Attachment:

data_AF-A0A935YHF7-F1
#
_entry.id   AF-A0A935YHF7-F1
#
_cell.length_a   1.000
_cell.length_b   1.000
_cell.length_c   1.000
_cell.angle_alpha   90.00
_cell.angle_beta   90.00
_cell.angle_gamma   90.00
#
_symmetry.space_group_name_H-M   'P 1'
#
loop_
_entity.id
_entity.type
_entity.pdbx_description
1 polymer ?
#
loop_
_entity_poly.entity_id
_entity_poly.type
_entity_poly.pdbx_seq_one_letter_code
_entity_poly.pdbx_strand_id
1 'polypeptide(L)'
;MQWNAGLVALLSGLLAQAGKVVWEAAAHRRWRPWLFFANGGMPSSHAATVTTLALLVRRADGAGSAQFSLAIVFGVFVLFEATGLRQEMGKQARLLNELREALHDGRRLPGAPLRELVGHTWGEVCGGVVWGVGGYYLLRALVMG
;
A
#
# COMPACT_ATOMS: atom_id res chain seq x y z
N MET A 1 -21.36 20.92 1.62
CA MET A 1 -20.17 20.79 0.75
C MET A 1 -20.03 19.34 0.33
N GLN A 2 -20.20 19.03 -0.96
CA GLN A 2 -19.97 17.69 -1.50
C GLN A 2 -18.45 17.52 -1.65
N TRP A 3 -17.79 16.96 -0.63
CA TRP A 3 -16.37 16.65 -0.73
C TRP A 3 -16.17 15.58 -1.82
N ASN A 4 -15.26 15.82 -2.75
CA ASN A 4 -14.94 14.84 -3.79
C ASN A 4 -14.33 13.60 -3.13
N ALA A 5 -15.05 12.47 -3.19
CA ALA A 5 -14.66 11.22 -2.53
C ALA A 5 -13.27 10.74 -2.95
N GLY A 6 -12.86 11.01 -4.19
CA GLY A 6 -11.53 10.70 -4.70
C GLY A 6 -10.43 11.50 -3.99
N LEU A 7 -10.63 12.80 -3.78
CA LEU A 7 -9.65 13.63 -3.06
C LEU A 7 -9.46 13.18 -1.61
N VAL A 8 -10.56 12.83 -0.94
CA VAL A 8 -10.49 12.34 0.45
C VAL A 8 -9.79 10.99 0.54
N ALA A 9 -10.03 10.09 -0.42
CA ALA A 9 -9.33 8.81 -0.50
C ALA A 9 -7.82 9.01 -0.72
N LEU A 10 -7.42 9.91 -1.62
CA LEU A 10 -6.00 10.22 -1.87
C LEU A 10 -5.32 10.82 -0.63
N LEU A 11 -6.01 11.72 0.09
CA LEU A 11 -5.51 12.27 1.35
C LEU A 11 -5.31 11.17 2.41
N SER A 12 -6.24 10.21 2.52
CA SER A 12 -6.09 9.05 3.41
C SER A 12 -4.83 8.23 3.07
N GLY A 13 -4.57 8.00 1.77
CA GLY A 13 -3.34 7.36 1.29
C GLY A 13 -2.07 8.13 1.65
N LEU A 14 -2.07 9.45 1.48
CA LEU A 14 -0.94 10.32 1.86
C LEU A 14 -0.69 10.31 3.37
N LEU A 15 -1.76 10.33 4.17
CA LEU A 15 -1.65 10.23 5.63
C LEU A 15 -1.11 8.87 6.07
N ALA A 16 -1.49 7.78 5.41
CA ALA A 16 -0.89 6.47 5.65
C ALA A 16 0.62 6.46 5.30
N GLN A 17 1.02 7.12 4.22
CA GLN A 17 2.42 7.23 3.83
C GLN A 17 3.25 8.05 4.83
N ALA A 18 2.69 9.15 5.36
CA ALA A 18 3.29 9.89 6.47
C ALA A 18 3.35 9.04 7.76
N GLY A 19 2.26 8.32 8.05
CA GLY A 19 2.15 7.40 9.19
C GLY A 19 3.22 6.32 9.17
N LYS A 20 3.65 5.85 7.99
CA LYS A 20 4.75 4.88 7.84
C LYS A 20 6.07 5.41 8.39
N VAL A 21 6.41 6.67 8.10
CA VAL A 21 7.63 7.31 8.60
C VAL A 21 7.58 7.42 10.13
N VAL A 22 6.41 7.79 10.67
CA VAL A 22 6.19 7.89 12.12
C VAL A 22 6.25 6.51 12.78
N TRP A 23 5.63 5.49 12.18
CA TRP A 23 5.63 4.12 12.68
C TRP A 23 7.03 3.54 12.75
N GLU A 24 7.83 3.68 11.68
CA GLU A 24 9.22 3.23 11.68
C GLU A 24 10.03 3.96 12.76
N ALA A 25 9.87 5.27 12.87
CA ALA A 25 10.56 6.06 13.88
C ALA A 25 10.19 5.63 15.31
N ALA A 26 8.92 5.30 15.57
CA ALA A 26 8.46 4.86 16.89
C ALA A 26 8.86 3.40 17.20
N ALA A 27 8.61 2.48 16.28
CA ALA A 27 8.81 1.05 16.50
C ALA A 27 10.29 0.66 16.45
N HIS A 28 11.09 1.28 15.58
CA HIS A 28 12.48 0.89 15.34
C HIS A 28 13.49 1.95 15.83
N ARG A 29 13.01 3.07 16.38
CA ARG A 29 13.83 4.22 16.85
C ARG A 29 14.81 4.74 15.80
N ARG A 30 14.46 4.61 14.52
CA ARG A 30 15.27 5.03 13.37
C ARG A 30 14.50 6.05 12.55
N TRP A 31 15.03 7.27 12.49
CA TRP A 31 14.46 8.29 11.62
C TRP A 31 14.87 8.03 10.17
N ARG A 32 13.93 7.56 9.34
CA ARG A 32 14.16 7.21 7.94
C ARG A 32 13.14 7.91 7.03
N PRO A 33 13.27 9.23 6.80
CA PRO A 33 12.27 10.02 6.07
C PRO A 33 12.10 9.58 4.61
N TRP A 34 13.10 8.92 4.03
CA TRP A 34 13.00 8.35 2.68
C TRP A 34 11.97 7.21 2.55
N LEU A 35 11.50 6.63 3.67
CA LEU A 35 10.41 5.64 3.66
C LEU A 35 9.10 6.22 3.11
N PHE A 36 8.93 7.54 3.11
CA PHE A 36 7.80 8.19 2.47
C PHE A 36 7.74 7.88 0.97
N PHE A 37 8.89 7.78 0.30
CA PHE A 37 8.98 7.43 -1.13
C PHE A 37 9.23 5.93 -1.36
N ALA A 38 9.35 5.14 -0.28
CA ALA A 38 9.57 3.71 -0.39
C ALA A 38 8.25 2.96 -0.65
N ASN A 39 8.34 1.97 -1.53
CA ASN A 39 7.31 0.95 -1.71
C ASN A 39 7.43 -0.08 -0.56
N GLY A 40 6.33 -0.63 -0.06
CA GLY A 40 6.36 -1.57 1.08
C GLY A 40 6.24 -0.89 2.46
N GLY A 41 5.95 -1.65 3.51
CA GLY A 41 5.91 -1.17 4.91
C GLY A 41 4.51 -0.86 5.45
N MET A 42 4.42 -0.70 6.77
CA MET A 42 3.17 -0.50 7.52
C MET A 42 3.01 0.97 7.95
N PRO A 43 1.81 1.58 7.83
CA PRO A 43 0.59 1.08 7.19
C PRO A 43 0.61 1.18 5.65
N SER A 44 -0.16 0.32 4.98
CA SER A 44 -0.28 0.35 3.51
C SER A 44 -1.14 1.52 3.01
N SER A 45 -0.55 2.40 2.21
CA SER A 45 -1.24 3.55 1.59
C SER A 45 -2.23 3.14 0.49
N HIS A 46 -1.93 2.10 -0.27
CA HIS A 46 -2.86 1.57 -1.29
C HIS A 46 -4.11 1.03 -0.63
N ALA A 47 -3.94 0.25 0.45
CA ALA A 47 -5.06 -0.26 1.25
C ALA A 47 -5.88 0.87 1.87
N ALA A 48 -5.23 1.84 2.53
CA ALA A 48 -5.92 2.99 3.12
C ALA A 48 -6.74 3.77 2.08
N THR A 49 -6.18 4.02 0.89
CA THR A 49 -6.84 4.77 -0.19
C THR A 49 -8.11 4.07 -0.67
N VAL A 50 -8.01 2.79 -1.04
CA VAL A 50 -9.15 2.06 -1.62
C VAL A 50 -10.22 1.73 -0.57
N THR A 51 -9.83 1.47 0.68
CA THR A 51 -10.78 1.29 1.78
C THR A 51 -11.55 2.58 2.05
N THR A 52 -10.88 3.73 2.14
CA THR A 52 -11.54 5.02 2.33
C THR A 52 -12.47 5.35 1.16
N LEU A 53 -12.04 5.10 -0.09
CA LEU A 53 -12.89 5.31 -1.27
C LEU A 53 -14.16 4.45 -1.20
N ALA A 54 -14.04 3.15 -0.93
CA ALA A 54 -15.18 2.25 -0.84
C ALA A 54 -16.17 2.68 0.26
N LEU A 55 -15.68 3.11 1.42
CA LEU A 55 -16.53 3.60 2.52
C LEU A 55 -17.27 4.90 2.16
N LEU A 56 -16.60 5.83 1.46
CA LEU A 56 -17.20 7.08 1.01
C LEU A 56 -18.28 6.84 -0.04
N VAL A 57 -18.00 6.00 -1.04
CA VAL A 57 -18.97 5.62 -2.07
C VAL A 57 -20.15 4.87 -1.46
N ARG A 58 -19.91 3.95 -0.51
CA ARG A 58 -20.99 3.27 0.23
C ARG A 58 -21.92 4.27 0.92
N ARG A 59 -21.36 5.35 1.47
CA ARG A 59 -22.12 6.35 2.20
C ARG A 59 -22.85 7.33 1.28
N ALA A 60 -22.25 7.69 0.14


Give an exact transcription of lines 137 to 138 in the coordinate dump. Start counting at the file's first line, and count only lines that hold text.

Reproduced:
CA PHE A 36 7.80 8.19 2.47
C PHE A 36 7.74 7.88 0.97